Democrat slams Obama’s anti-energy policies

May 13, 2011 05:31

Harold Ford, until recently an important Democratic representative from Tennessee is doing the criticizing of President Barack Obama’s energy policy.

From The Americano

One thing is when the criticism comes from a conservative or a Republican, and quite another when it comes from a former Democratic congressman.

In this case it is Harold Ford, until recently an important Democratic representative from Tennessee who is doing the criticizing of President Barack Obama’s energy policy.

“When President Obama introduced his energy plan in March, he pointed out that the U.S. keeps going ‘from shock to trance on the issue of energy security, rushing to propose action when gas prices rise, then hitting the snooze button when they fall again,” Ford wrote in an Op-Ed article published Wednesday in the Wall Street Journal.

Ford acknowledged that since the Nixon administration U.S. leaders have all made the same commitment to cutting our reliance on foreign oil, finding reliable sources of clean energy, and keeping energy prices low.

“Yet Americans keep hearing only short-term solutions and narrowly focused rules and regulations. The U.S. still imports more than half its oil, gasoline prices are at historic highs, and consumers are paying the price,” he wrote.

Ford blamed both Republicans and Democrats, pointing out that President George H.W. Bush took aggressive steps to keep off-limits vast supplies of oil and gas along the coasts of California and Florida.

“Since then, the build-up of restrictions, limitations and bans on drilling (onshore and off) have cost the U.S. economy billions of dollars while increasing our dependence on foreign sources of energy,” Ford said. “In the year since the Deepwater Horizon spill, the Obama administration has put in place what is effectively a permanent moratorium on deep water drilling. It stretched out the approval process for some Gulf-region drilling permits to more than nine months, lengths that former President Bill Clinton has called ‘ridiculous.’”

The former Democratic legislator also criticized the administration’s efforts to pass new taxes on energy at a time when gas prices are climbing.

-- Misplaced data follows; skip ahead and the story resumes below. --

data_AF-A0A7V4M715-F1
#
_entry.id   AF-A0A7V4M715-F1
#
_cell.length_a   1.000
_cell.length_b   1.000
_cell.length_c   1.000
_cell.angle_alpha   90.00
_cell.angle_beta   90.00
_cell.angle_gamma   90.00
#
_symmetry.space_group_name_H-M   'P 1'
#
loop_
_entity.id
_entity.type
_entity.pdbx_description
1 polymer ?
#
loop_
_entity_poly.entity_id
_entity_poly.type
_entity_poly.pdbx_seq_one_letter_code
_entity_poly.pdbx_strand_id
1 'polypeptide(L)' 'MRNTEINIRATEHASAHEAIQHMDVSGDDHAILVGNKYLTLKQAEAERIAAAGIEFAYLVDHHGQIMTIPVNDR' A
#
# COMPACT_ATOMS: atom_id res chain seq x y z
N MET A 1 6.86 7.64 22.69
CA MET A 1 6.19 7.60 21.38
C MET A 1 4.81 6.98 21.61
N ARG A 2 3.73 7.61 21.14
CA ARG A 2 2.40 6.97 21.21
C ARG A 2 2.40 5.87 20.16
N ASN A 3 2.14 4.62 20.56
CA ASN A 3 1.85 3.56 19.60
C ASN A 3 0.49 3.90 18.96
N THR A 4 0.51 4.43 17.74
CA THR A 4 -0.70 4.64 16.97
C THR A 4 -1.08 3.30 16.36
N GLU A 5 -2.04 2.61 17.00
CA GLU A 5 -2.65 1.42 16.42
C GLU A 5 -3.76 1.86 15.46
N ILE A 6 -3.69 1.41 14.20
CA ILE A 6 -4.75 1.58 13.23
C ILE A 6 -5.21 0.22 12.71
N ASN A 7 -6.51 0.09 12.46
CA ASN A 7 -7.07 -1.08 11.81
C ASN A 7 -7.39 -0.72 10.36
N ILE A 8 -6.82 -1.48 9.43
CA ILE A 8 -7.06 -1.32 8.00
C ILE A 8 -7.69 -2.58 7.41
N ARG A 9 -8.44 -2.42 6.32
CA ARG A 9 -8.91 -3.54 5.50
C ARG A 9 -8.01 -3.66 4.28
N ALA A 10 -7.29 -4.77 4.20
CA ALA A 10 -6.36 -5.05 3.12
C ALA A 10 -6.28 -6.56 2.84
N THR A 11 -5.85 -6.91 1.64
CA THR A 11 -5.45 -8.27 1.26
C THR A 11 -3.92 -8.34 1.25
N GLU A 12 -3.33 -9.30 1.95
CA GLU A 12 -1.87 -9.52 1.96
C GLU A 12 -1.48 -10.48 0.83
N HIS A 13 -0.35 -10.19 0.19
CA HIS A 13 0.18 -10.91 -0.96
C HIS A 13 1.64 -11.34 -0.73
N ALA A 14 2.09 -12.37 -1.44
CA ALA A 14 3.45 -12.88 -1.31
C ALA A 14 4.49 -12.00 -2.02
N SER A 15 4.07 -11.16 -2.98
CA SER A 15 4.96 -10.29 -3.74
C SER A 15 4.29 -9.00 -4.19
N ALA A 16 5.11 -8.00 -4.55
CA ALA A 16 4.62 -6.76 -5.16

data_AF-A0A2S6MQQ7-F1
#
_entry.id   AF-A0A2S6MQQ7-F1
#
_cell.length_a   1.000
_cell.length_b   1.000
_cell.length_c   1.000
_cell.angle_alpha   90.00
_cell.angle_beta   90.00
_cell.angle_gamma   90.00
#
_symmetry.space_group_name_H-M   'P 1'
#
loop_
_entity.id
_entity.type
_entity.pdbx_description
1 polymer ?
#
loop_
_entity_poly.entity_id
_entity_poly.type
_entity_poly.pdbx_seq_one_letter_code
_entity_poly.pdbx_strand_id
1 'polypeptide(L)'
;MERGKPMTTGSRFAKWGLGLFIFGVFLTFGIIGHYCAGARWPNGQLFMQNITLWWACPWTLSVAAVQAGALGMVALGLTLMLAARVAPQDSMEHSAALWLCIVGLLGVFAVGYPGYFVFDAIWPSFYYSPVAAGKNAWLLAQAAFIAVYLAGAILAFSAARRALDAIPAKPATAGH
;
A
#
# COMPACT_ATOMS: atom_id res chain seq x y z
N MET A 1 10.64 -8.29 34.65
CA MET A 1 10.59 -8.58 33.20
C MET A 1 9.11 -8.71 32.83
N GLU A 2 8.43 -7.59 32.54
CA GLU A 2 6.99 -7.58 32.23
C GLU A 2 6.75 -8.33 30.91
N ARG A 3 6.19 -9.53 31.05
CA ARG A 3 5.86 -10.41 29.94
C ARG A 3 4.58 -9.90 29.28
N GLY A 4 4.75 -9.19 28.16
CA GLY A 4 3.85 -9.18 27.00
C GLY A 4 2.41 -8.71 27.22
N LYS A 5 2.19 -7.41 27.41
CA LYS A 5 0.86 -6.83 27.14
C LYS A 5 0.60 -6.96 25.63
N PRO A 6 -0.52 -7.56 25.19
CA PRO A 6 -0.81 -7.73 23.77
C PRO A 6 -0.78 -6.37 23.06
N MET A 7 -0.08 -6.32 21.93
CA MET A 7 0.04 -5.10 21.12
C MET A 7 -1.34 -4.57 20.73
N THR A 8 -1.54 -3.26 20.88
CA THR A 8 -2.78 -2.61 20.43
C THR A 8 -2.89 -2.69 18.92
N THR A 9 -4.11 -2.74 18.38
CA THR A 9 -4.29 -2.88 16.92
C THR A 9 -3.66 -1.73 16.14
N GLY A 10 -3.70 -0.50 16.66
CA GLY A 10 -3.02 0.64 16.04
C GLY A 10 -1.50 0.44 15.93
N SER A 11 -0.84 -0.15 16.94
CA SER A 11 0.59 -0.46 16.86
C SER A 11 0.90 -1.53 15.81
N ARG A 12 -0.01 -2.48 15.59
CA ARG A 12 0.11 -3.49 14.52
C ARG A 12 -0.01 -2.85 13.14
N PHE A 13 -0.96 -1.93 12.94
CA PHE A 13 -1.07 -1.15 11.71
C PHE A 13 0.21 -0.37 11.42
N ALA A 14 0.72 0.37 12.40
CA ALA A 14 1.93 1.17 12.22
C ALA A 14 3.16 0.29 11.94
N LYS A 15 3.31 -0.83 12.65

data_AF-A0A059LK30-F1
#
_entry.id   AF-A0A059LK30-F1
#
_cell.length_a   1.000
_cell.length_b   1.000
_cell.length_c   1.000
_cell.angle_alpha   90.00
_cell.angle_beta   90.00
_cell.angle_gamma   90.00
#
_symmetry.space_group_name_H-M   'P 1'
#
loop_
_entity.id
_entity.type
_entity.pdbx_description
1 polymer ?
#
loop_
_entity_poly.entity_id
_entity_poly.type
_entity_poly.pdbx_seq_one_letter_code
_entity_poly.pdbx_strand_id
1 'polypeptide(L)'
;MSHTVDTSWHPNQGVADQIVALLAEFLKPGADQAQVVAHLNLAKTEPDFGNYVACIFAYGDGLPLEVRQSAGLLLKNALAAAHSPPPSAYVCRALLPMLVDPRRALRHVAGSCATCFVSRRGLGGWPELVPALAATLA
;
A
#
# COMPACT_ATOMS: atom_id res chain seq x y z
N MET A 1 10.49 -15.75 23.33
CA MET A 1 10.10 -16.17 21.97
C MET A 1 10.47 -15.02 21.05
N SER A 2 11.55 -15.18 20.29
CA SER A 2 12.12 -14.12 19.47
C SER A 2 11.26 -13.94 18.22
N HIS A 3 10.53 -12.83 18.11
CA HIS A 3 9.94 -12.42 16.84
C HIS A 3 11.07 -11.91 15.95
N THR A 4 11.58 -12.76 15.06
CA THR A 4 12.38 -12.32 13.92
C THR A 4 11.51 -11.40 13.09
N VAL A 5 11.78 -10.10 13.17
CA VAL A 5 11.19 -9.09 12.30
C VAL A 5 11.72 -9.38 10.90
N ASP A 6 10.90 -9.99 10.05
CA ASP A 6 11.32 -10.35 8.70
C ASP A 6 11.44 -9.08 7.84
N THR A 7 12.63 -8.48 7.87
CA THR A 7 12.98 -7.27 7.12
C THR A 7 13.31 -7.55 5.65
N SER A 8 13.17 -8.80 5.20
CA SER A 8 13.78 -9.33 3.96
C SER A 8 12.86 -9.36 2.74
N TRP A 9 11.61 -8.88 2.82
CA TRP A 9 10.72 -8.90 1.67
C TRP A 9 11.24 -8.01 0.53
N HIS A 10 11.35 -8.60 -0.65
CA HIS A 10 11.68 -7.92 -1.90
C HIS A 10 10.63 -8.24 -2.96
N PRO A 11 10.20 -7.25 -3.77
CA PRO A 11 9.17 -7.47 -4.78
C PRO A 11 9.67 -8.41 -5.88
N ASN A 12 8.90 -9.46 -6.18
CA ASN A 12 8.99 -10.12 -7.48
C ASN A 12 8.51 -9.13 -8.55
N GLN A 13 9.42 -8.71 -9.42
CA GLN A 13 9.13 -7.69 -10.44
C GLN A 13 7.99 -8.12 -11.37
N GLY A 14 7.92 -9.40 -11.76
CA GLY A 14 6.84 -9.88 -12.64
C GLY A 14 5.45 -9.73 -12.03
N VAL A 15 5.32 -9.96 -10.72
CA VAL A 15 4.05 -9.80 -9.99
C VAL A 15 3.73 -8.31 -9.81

“Characterizing legitimate tax credits as ‘subsidies’ or ‘loopholes’ only distracts from substantive treatment of these issues,” Ford wrote. “Lawmakers misrepresent the facts when they call the manufacturing deduction known as Section 199—passed by Congress in 2004 to spur domestic job growth—a ‘subsidy’ for oil and gas firms. The truth is that all U.S. manufacturers, from software producers to filmmakers and coffee roasters, are eligible for this deduction.”

Ford also proposed steps that the government should take if it wants greater energy independence.

He suggested that:

• First, let’s conduct a comprehensive review of existing policies, rules and restrictions and root out any that needlessly hamper energy production at home. Do the existing environmental rules, for example, accurately reflect the industry’s technological advancements in the ability to safely recover oil and gas supplies?

• Second, let’s develop the skills we need to find new and better ways to recover domestic supplies of energy—and to develop next-generation fuels to secure the future. That means encouraging more students to study math, science and other disciplines this industry needs.

• Third, let’s stop demonizing Big Oil to score political points. It does nothing to encourage the new talent, new ideas, and new entrepreneurs who are most likely to make breakthroughs in new sources of energy.

His conclusion was simple.

“The kickoff of the presidential campaign season and the spike in fuel prices offer an opportunity to constructively debate a comprehensive national energy strategy,” Ford said. “Effective policies will ensure sufficient domestic production and the healthy operation of U.S. companies abroad, which together will provide the secure, affordable energy supply that Americans need.”

The Americano/Agencies

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